Pulses (beans, peas and lentils), now recognised as an important group of foods that promote weight loss, were a vitally important part of our early ancestors' diet. They appeared as early as 6,000 BC in Asia, the Americas and Europe, becoming a staple food, essential for providing protein where there was insufficient meat.

Once called "the poor man's meat", it is true they are readily available and inexpensive. However, far from being "poor" in any way, shape or form, these nutrient-rich seeds are quite miraculous. Studies have proved conclusively that these humble foods provide enough nutrients to give your body a healthy boost in both energy and immunity.

Protein Rich
Although they are rich in carbohydrate and fibre, and low in fat (most of which is of the unsaturated kind), pulses can be as much as 25% protein (in fact Soya is over 30%)! This super-rich source of vegetable protein, is far more easily digested than meat. Despite this advantage they contain relatively low quantities of the essentail amino acid methionine, and so on their own are not the ideal meat substitute. However, this shortage can be overcome by adding grains to your diet, as any Vegetarian will tell you. This a match made in heaven as grains contain low quantities of another essential amino acid lysine, which pulses do contain!

B Vitamins
Pulses are rich in B Vitamins essential to our health. Amongst the most prominent are:

Vitamin B3 (Niacin). Niacin is important to the correct functioning of your digestive system, nervous system, and skin. It's main role is in the process of converting the food you eat into raw energy.

Vitamin B1 (Thiamine). If your body lacks this essential vitamin, you will be left feeling fatigued and weak despite the meals you eat everyday. This vitamin plays an integral role in the production of energy in your body. It improves the overall function of the heart, muscles, and nervous system.

Vitamin B2 (Riboflavin). This vitamin is essential for growth development of your body. It is important in the production of red blood cells, which distribute oxygen all around your body. Vitamin B2 also helps in the release of energy from carbohydrates.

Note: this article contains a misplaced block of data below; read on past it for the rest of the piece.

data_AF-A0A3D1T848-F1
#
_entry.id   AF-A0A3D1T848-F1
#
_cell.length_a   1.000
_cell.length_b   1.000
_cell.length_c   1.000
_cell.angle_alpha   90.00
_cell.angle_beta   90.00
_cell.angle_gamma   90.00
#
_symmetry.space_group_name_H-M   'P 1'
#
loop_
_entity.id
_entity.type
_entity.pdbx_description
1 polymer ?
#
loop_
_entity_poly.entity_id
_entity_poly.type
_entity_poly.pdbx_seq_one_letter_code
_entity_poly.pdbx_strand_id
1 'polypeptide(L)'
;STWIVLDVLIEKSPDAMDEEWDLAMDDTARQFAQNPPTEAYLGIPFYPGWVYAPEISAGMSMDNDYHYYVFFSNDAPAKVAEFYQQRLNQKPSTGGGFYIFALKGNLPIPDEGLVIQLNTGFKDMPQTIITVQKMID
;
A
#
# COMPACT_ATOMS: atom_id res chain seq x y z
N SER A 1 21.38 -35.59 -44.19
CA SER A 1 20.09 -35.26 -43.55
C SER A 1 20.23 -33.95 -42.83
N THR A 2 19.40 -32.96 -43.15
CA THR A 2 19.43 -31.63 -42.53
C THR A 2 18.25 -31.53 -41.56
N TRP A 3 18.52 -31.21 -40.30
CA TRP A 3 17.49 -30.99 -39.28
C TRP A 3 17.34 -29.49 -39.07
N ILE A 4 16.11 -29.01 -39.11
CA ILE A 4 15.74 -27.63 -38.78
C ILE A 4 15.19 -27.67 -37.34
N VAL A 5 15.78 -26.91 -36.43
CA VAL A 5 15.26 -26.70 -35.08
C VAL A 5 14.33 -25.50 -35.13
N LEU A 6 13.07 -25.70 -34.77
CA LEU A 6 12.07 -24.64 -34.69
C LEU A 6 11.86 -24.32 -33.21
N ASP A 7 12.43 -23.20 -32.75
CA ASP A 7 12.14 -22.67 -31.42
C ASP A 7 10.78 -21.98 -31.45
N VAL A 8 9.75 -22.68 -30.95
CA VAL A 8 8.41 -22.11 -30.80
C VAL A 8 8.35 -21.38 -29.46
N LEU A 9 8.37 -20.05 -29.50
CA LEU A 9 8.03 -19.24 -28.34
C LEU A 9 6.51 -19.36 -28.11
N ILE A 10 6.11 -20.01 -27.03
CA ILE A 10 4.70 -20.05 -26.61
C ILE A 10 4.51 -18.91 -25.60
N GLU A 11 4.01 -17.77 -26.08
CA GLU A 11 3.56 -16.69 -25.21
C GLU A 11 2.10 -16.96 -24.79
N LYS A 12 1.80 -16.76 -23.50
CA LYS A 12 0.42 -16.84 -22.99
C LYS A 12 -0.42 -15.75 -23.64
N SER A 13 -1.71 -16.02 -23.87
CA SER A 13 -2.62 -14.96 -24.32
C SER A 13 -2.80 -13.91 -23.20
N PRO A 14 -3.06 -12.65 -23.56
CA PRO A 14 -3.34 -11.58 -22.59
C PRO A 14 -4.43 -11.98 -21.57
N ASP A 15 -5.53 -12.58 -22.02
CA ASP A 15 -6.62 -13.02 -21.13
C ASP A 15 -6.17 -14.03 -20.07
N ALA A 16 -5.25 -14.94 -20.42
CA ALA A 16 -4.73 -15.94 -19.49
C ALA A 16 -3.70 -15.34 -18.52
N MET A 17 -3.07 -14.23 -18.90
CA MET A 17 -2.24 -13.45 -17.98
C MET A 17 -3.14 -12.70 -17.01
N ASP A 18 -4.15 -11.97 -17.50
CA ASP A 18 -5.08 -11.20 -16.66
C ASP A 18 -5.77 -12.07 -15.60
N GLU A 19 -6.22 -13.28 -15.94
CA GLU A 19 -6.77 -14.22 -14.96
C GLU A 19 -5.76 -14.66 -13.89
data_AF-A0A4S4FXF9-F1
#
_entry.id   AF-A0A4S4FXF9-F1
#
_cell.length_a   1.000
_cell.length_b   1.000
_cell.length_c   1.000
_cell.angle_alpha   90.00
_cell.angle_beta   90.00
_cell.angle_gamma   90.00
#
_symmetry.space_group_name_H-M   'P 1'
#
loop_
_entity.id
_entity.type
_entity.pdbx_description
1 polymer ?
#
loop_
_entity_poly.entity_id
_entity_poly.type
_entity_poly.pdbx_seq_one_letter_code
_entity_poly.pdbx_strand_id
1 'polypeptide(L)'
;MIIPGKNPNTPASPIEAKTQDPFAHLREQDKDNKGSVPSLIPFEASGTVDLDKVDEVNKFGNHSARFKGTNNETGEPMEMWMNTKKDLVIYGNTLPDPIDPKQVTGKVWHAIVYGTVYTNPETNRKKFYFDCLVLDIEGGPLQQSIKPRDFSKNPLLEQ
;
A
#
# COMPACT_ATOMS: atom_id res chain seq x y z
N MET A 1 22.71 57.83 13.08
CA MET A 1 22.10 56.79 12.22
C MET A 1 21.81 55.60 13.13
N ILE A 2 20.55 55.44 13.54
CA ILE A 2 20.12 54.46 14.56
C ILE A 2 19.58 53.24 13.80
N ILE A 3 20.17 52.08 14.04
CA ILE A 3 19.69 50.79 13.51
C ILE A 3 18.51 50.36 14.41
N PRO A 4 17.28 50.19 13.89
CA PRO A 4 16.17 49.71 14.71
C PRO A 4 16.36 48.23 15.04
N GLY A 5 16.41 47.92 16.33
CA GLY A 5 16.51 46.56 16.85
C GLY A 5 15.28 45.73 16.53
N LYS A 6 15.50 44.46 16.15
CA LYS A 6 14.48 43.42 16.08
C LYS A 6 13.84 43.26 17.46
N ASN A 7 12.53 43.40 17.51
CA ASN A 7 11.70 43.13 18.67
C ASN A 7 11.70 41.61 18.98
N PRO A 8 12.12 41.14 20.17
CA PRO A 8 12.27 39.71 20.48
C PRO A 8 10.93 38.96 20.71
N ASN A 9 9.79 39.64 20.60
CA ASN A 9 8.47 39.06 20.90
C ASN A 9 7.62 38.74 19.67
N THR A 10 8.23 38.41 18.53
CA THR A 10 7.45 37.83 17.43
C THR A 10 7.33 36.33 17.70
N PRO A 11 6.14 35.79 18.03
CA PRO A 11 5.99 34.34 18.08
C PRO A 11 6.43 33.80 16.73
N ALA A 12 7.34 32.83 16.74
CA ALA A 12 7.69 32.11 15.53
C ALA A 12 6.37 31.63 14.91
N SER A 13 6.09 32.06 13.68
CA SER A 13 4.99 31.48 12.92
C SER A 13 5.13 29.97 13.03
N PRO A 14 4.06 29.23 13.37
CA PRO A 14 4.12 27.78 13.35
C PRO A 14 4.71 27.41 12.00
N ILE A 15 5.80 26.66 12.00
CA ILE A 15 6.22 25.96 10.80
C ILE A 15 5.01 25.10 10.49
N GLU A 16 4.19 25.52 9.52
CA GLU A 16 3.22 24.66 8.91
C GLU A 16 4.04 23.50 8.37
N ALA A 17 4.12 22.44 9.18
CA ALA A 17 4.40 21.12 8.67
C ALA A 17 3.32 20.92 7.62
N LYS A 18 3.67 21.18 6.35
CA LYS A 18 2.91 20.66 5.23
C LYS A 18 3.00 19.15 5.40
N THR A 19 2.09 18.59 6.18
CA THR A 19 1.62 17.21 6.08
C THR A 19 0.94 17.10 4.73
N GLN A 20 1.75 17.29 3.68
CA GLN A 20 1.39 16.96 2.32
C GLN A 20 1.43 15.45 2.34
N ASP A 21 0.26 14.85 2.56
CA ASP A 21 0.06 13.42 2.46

Vitamin B6 (Pryidoxine). This vitamin is significant in the creation of antibodies for your immune system, helps maintain normal nerve function, and assists the formation of red blood cells. B6 is also an important factor in the breakdown of proteins. Simply put, the more protein we take in, the more B6 is needed; lack of it causes nausea, dizziness, and mental and behavioral changes.

Aside from the vitamins listed above, pulses are a source of potassium (better than bananas), which aids in the normal functions of nerves and muscles. Recent research has also shown that the coating of pulses contains anti-oxidant and anti-aging properties. This helps to reduce the cholesterol in our bodies, improves digestion, and aids in cancer prevention.

Pulses come in a huge range of colours, flavours and textures. There are plenty of ways to eat them too! You can either eat them raw (red kidney beans and soya beans contain harmful toxins which are destroyed by cooking and should never be eaten raw or undercooked), sautéed with your favorite vegetables, boiled, or even ground to be used in soup. A cupful contains more iron and calcium than can be found in an ounce of cooked meat, with less calories and without the cholesterol.

They are a nutritious, healthy substitute for meat (balanced with Grains), and perfect for people who want to balance their diet with foods that promote weight loss.

Author's Bio: 

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